Los Angeles, CA, November 21, 2011 — Legendary filmmaker and visual effects pioneer Douglas Trumbull will receive the Nikola Tesla Award in Recognition of Visionary Achievement in Filmmaking Technology from the International Press Academy at this year’s 16th Annual Satellite Awards™ on Sunday, Dec. 18, in Beverly Hills, Calif.
Among his career highlights, Trumbull was one of the Special Photographic Effects Supervisors for “2001: A Space Odyssey” (1968). He went on to become the Visual Effects Supervisor for such classics as “Close Encounters of the Third Kind” (1977), “Star Trek: The Motion Picture” (1979), and “Blade Runner” (1982), each of which earned him an Academy Award nomination for Best Visual Effects along with his colleagues on these projects.
Trumbull directed “Silent Running” (1972), “Brainstorm” (1983), as well as “Back to the Future, The Ride” (1991), and numerous other special format films. He invented and developed the Showscan system of photographing and projecting 70mm film at 60 frames per second, projecting them onto giant screens.
Returning to familiar territory, he was tapped as Special Photographic Effects Consultant on Terrence Malick’s newest release “Tree of Life.” Starring Brad Pitt, Sean Penn, and Jessica Chastain, “Tree of Life” features a conceptual segment on ‘man’s place in the universe’ as envisioned by the veteran VFX guru.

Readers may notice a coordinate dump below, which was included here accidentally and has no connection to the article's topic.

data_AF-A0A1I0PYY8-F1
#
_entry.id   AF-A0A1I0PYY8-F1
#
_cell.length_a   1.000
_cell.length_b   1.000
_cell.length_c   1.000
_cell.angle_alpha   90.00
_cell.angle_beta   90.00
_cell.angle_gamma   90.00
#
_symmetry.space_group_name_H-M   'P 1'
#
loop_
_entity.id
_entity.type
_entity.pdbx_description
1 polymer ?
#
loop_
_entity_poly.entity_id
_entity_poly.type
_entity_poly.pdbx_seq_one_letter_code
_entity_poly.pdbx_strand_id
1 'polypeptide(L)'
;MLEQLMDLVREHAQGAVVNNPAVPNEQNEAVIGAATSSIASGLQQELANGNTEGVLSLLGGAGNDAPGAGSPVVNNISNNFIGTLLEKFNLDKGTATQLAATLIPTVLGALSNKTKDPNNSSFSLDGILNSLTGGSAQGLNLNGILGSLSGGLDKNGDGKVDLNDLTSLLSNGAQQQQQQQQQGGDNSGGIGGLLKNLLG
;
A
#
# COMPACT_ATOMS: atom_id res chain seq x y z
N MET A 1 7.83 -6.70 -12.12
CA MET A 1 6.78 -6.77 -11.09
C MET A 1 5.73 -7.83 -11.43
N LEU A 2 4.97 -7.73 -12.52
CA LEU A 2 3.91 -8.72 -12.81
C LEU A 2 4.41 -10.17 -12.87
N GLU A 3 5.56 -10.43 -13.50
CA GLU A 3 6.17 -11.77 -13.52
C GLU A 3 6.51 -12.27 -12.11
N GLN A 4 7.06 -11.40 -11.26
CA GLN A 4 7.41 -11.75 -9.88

Trumbull said, “It is a great honor to receive this award, and very encouraging to see that the technology of the film industry is being recognized as a true paradigm shift as we transition from celluloid to digital, embracing the creative opportunity to reinvigorate the industry at all levels, and including a more immersive experience in theatres – offering something you can’t get at home”.
A self-styled inventor and entrepreneur, Trumbull received Academy Award for Scientific and Technical Achievement (Showscan CP-65 Camera), as well as the International Monitor Award and American Society of Cinematographers’ Lifetime Achievement Award for his outstanding contributions in the field of filmmaking.
He is currently involved in the evolution of directing live action production using virtual digital sets and electronic cinematography at 120 fps in 3D, with projection onto deeply curved high gain hemispheric screens at extreme brightness with the goal of reinvigorating exhibition of motion pictures, and bringing spectacular showmanship back into cinemas. (Trumbull will receive the George Melies Award in 2012 from the Visual Effects Society.)
IPA first presented the Tesla Award in 2001 to honor game-changing pioneers who continue to influence the way filmed entertainment is evolving. As one of the remarkable innovators in the field, Trumbull joins the prestigious ranks of Tesla recipients.
Past recipients of the International Press Academy’s Nikola Tesla Award include: Roger Deakins, Rick Baker, James Cameron, Jerry Lewis, Robert A. Harris, Stan Winston, Richard Donner, Dennis Muren and George Lucas.
The International Press Academy (IPA) is among the largest and most diverse associations of professional entertainment journalists representing both domestic and foreign markets in print, television, radio, cable, new media outlets.